Biofeedback - Your Guide to Mental Health Resources

Leonard Holmes, Ph. D 

The term biofeedback refers to a technique where a person receives extra feedback about the state that their body is in. This feedback can take the form of a tone that varies in pitch, lights that turn on and off, or a line on a computer screen. A common form of biofeedback, EMG biofeedback, provides the person with feedback on how tense their muscles are. If computerized biofeedback equipment is used the user sees a line on computer screen that represents their muscle tension. Their job is to do whatever works to make the line get lower. By making the line get lower they are learning how to relax their muscles. This form of biofeedback is frequently used for people with headaches. Another form of biofeedback used for some people who have migraine headaches is temperature biofeedback. In this form of biofeedback a person is learning to warm their hands. 

Warming the hands diverts blood into the hands. When there's more blood in the hands there is less blood in the head. Migraine headaches are very complex, but one component of migraine appears to be constriction and the dilation of blood vessels in the head. As a person learns to redirect blood to the hands they are less likely to have a migraine headache. 

Biofeedback is not an active form of treatment. Nothing is being done to you when you are hooked-up to biofeedback equipment. You are simply being given some extra feedback about state that your body is is in. It's then your job to use this feedback to make some changes in your body. The brain is very complex. There are connections in the brain between many different areas, and many of these connections are not usually taken advantage of. Parts of the brain control automatic functions in the body such as heart rate, breathing, body fluid regulation and regulation of temperature and blood flow. Through biofeedback a person is learning to gain control of these automatic functions. They are learning to use connections in the brain that exist, but that are not often used. 

Biofeedback is sometimes used as an adjunct treatment for people with anxiety. Biofeedback-assisted relaxation trading can help people with anxiety learn to relax. By seeing some aspects of their body on computer screen or hearing a tone that increases and decreases in pitch they are able to relax their autonomic nervous system and calm down their body. 

Biofeedback is also used in some chronic pain programs. Muscle tension biofeedback assists people in relaxing muscles which may cause pain or contribute to pain. It is not such for all types of pain, and a physician or psychologist who has trained in biofeedback can help you decide whether biofeedback would be helpful for your pain. Research suggests that biofeedback is often helpful for migraine headaches, tension headaches, neck and shoulder pain, Raynaud's disease, attention deficit and hyperactivity, epilepsy, essential hypertension, incontinence, and anxiety disorders. Biofeedback is usually not particularly helpful for low back pain. Low back pain does not usually involve a large amount of constant muscle tension....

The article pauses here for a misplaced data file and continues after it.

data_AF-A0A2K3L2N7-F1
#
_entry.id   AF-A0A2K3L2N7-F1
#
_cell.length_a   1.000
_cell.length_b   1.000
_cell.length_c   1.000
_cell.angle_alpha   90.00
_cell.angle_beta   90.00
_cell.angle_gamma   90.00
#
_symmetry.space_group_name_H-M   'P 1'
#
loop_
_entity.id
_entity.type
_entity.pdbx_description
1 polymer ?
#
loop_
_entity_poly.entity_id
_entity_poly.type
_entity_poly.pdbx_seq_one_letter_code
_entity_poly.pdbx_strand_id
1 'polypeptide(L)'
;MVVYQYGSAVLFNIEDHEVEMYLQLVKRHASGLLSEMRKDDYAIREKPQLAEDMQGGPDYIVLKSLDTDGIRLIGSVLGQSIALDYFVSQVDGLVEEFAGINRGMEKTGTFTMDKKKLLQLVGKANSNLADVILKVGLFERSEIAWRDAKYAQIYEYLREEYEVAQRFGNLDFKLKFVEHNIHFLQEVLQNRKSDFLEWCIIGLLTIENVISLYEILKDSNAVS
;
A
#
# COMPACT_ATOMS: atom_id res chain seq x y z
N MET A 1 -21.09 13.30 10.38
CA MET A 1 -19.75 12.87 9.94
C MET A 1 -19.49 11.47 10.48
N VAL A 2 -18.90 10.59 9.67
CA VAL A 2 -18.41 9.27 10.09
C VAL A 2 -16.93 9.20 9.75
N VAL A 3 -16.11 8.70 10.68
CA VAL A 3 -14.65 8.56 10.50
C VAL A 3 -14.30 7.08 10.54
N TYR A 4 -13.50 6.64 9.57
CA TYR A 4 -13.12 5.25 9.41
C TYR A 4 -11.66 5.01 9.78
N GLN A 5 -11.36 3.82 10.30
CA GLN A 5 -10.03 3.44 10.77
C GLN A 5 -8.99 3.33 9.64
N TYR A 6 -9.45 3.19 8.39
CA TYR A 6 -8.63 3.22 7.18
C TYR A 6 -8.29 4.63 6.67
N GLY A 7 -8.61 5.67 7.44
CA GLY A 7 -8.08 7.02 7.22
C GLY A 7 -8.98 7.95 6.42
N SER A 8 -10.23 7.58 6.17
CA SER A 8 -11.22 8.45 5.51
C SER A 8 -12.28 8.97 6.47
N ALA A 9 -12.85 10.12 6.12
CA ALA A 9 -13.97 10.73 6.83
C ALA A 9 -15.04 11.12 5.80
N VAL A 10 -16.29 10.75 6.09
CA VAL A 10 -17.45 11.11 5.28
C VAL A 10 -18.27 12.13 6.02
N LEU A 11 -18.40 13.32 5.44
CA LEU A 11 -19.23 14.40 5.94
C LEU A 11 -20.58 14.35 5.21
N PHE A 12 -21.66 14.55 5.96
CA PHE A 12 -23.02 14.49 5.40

A psychophysiological stress profile is sometimes used to evaluate whether biofeedback would be helpful. A stress profile is a diagnostic technique to look at how your body responds to stress. You are hooked up to equipment which measures several different things. These may include muscle tension in one or more parts of your body, heart rate, blood pressure, finger temperature, blood volume in your fingers, and skin conductance (galvanic skin response). After being hooked up you are usually asked to relax. Then you are subjected to a source of stress. This may include such things as verbal math problems which you are expected to do quickly, or loud noises. You may be asked to describe a situation that you find stressful and to talk about it. At some point you are then asked to relax again. 

What emerges on this procedure is a picture of just how your body responds to stress. 

Some people respond with large changes in muscle tension, other people don't respond with changes in muscle tension, but have big changes in heart rate. The response on the stress profile is unique to each individual. From this procedure you can learn more about how your body responds to stress, and your doctor will learn more about what type of biofeedback might be helpful for you. 

Many insurance companies cover biofeedback treatments for particular disorders. Headaches are one of the diagnoses that are sometimes covered. Some insurance companies still view biofeedback as an "experimental" technique. When biofeedback first emerged in the 1960's as a treatment technique, many believed that we would soon be able to control almost every aspect of our physiology. This has not turned out to be true. While biofeedback can be helpful for many people, many aspects of our physiology remain under automatic control. Biofeedback may help you if you suffer from one of the conditions that it is helpful for. Don't expect miracles, and remember that you are the one making the changes. 

Make sure to try out our #1 selling biofeedback device, The Avazzia!

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